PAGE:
4
$\begingroup$

Substitute $x=\sinh\theta$, $\cosh\theta$ or $\tanh\theta$. After integration change back to $x$.$$\int\frac{dx}{x\sqrt{1-x^2}}$$

Substituting $x=\tanh\theta$, we have $$\begin{align} \int\frac{dx}{x\sqrt{1-x^2}}&=\int\frac{\text{sech}^2\,\theta\,d\theta}{\tanh\theta\sqrt{1-\tanh^2\theta}}\\ &=\int\text{csch }\theta\,d\theta\\ &=-\ln|\text{csch }\theta+\text{coth }\theta|+C \end{align}$$ Here comes the problem. We can substitute back $\text{coth }\theta=\frac1x$ but what do we have for $\text{csch }\theta$? We have $\text{csch}^2\,\theta=\coth^2\theta-1$, but neither $\sqrt{\coth^2\theta-1}$ nor $-\sqrt{\coth^2\theta-1}$ seems to be a one-off solution for $\text{csch }\theta$. How should we proceed?

$\endgroup$
  • 2
    $\begingroup$ I think $x = \sin t$ seems like a better substitute. $\endgroup$ – Jacky Chong Jan 8 '17 at 3:42
  • 2
    $\begingroup$ Just as a remark, the denominator of the integrand defines a plane curve called the lemniscate of Gerono. If you weren't required to make a hyperbolic substitution, I would have recommended one using the rational parametrization given on the linked page. $\endgroup$ – André 3000 Jan 8 '17 at 3:56
  • $\begingroup$ sinh or cosh of t seems better to substitute $\endgroup$ – Saketh Malyala Jan 8 '17 at 4:31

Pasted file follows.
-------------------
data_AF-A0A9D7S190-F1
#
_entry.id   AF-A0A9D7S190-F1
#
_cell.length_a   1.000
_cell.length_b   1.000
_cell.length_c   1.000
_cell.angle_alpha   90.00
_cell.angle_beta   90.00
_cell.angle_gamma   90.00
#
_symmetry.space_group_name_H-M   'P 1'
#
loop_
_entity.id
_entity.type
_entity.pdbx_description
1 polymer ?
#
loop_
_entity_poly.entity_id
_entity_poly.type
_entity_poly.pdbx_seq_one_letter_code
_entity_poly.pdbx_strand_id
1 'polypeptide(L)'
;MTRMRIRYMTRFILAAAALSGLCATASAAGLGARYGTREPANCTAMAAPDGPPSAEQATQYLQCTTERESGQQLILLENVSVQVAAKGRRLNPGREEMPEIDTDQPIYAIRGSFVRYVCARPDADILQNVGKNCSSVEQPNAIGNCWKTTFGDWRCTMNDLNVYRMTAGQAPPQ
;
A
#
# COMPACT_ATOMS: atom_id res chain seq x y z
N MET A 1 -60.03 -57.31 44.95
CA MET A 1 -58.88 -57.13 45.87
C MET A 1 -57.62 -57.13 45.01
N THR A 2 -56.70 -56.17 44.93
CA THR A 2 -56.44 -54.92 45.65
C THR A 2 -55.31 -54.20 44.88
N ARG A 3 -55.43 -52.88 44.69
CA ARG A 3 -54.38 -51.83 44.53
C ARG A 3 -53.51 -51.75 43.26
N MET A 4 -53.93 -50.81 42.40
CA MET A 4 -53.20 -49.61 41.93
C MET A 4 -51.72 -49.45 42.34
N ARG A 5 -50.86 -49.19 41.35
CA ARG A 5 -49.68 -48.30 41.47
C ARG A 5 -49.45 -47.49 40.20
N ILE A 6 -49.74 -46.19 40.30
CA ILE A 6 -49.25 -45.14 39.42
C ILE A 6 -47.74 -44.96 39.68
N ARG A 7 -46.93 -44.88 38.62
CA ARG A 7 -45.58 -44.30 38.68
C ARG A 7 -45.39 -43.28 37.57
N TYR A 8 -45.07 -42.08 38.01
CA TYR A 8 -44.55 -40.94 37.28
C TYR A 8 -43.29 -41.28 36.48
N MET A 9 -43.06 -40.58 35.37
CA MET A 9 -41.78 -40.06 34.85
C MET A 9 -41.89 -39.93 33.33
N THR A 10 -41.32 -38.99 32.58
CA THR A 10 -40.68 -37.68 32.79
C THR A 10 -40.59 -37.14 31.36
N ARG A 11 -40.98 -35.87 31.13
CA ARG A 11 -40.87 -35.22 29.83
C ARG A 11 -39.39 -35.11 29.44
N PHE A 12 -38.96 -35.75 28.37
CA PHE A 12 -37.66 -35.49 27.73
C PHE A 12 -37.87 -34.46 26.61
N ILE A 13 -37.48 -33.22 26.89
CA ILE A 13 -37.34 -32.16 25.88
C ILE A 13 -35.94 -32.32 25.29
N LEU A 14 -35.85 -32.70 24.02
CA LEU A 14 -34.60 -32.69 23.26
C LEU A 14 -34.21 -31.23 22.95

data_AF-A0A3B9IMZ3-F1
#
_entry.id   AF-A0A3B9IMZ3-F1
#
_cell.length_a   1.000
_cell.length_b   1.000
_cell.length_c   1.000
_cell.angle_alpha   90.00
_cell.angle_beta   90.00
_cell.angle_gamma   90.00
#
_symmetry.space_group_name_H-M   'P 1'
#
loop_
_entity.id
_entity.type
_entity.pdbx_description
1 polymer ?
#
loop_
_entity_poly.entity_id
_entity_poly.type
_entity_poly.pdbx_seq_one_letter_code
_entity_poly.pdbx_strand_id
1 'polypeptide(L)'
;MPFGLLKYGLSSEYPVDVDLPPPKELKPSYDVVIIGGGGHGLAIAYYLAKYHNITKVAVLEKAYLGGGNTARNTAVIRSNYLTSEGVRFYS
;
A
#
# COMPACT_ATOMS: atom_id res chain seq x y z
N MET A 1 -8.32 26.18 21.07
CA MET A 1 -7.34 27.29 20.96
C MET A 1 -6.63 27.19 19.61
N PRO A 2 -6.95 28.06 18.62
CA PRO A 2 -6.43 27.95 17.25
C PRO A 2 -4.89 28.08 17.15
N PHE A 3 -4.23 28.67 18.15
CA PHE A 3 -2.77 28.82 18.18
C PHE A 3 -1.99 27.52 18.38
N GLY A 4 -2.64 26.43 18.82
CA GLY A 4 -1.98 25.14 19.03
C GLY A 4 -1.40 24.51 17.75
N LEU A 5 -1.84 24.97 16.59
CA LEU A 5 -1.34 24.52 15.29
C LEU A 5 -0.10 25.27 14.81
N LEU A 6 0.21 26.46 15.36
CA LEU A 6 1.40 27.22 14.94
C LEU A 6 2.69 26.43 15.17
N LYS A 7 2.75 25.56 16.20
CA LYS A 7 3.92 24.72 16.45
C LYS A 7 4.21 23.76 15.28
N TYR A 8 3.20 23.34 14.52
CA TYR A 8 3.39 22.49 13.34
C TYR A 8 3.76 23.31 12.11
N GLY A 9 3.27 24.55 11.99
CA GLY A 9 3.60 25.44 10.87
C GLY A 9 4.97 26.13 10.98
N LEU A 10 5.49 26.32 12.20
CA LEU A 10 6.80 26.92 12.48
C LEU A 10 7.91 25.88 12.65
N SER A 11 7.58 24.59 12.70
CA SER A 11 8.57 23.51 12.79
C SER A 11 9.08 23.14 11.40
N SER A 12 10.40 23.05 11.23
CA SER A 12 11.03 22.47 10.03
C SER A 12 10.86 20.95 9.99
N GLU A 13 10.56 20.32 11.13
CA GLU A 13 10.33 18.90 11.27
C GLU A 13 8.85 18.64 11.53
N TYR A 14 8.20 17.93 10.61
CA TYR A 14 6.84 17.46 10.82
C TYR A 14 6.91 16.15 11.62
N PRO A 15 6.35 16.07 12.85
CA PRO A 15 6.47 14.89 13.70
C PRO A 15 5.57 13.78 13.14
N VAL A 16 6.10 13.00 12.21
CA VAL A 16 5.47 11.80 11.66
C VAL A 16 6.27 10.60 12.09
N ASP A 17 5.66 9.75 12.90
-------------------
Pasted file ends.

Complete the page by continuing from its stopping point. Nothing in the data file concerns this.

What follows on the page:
• $\begingroup$ @JackyChong With $x=\sin t$, the integral becomes a similar expression $-\ln|\csc t+\cot t|+C$. We have a similar problem, too, if we use a smiliar approach, i.e., $\cot^2 t=\csc^2 t-1$. We need a workaround to reach $\cot t=\frac{\sqrt{1-x^2}}{x}$. So, I think it is just a matter of preference. We are just more comfortable with trigonometric functions. $\endgroup$ – W. Zhu Jan 8 '17 at 4:38
3
$\begingroup$

$\DeclareMathOperator{\csch}{csch} \DeclareMathOperator{\sech}{sech}$ Try $$ \csch(\theta) = \frac{1}{\sinh(\theta)} = \frac{1/\cosh(\theta)}{\sinh(\theta)/\cosh(\theta)} = \frac{\sech(\theta)}{\tanh(\theta)} = \frac{\sqrt{1 - \tanh^2(\theta)}}{\tanh(\theta)} \, . $$

How did I get this? By cheating, basically. The Wikipedia page for the lemniscate of Gerono has different parametrizations of the curve, one of which is $x = \cos(\varphi), y = \sin(\varphi) \cos(\varphi)$. I used this parametrization to integrate, which gave me an expression involving $\frac{\sqrt{1 - x^2}}{x}$, which led me to this answer.

$\endgroup$
  • $\begingroup$ Nice trick. I read the page but do not know how to integrate using parametrization. $\endgroup$ – W. Zhu Jan 8 '17 at 4:27
  • $\begingroup$ @W.Zhu You can interpret the given integral as the path integral $\int_C \frac{dx}{y}$ over the curve $C$ in the plane given by $y = x \sqrt{1-x^2}$ or better yet, $y^2 = x^2(1-x^2)$. Then you substitute in the given parametrizations $x = \cos(\varphi), y = \sin(\varphi) \cos(\varphi)$. In the end, it's equivalent to the substituting $x = \cos(\varphi)$ into the original integral. $\endgroup$ – André 3000 Jan 8 '17 at 5:08

Your Answer

By clicking “Post Your Answer”, you agree to our terms of service, privacy policy and cookie policy

Not the answer you're looking for? Browse other questions tagged or ask your own question.